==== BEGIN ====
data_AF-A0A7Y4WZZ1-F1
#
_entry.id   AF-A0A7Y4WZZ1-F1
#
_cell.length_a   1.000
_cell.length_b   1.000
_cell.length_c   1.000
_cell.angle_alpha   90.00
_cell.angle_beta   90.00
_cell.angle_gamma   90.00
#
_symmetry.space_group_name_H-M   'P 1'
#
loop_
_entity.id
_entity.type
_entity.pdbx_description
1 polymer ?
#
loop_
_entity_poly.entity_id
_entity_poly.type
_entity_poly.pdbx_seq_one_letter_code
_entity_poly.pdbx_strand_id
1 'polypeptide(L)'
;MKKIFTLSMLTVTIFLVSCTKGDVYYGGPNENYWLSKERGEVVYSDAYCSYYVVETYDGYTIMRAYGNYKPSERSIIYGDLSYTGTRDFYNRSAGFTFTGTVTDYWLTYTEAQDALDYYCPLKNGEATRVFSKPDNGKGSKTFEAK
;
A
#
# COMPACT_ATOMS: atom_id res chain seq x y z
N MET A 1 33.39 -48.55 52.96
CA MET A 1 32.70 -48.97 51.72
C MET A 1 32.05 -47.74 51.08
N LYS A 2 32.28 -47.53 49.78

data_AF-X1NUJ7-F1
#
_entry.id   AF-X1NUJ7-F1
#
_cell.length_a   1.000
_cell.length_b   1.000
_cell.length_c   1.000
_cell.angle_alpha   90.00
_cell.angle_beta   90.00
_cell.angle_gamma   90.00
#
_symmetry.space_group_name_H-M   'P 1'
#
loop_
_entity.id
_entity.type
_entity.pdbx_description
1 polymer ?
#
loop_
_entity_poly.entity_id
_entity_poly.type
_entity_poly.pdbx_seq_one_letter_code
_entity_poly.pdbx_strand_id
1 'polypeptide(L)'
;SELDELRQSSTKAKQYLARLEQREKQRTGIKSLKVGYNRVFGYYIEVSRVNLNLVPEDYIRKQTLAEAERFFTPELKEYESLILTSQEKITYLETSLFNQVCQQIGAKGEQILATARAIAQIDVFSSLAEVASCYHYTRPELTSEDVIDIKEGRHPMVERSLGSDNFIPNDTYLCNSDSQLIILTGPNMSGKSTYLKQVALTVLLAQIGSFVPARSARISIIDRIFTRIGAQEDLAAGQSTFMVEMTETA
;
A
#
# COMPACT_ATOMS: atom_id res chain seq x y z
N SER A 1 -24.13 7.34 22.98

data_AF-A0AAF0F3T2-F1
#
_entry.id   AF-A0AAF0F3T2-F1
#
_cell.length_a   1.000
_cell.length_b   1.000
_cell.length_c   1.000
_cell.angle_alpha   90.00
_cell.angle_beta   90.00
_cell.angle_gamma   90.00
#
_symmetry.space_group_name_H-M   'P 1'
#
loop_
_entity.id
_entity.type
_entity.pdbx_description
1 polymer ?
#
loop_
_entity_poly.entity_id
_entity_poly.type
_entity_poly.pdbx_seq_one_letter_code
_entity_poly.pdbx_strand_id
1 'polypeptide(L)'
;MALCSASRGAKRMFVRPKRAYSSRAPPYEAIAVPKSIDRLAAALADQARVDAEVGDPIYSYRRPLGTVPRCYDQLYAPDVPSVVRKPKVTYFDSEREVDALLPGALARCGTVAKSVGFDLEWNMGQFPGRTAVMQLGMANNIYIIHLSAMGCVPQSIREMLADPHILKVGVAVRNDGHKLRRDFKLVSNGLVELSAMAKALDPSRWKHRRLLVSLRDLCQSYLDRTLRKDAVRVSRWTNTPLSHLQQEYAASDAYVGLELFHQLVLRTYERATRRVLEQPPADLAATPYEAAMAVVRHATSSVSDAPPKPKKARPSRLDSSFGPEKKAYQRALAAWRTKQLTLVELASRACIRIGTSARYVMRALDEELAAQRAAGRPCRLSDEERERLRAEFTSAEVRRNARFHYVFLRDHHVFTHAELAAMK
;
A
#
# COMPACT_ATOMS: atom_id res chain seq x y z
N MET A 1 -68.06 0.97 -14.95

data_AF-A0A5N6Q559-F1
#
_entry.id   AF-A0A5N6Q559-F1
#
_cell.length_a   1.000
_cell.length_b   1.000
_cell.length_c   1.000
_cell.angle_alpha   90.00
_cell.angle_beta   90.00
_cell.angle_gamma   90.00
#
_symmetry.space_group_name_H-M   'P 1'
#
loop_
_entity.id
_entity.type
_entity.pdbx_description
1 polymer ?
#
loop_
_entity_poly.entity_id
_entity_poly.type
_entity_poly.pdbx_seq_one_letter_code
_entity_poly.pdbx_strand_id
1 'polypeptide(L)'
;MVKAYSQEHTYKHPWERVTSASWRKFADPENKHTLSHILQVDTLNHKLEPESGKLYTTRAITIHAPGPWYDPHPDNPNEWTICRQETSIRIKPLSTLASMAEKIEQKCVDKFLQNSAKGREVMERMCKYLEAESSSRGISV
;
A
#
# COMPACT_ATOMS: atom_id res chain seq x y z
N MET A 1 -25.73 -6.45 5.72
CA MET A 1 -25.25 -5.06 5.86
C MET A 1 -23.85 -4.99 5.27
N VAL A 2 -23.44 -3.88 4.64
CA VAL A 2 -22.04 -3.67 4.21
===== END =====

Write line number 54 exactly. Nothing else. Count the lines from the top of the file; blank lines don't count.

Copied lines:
loop_